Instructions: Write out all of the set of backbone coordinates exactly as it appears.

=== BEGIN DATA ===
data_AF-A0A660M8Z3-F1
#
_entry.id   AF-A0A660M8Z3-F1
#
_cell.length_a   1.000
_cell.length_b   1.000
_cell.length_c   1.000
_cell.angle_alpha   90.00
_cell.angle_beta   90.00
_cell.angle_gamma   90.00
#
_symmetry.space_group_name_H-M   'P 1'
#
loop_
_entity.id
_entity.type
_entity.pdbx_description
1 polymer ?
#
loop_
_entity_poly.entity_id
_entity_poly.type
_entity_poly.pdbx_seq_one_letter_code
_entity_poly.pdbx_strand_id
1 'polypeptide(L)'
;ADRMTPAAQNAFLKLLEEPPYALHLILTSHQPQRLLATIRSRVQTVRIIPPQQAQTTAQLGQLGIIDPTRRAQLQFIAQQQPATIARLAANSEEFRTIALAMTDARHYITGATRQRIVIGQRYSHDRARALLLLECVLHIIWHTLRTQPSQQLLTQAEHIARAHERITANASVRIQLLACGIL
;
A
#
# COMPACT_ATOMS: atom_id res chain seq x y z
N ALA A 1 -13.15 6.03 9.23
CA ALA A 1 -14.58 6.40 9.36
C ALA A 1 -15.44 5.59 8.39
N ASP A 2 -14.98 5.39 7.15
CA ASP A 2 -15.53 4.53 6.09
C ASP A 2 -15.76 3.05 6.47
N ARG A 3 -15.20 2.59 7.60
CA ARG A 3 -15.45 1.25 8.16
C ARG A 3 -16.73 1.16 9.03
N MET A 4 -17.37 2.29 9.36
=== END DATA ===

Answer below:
data_AF-A0A660M8Z3-F1
#
_entry.id   AF-A0A660M8Z3-F1
#
_cell.length_a   1.000
_cell.length_b   1.000
_cell.length_c   1.000
_cell.angle_alpha   90.00
_cell.angle_beta   90.00
_cell.angle_gamma   90.00
#
_symmetry.space_group_name_H-M   'P 1'
#
loop_
_entity.id
_entity.type
_entity.pdbx_description
1 polymer ?
#
loop_
_entity_poly.entity_id
_entity_poly.type
_entity_poly.pdbx_seq_one_letter_code
_entity_poly.pdbx_strand_id
1 'polypeptide(L)'
;ADRMTPAAQNAFLKLLEEPPYALHLILTSHQPQRLLATIRSRVQTVRIIPPQQAQTTAQLGQLGIIDPTRRAQLQFIAQQQPATIARLAANSEEFRTIALAMTDARHYITGATRQRIVIGQRYSHDRARALLLLECVLHIIWHTLRTQPSQQLLTQAEHIARAHERITANASVRIQLLACGIL
;
A
#
# COMPACT_ATOMS: atom_id res chain seq x y z
N ALA A 1 -13.15 6.03 9.23
CA ALA A 1 -14.58 6.40 9.36
C ALA A 1 -15.44 5.59 8.39
N ASP A 2 -14.98 5.39 7.15
CA ASP A 2 -15.53 4.53 6.09
C ASP A 2 -15.76 3.05 6.47
N ARG A 3 -15.20 2.59 7.60
CA ARG A 3 -15.45 1.25 8.16
C ARG A 3 -16.73 1.16 9.03
N MET A 4 -17.37 2.29 9.36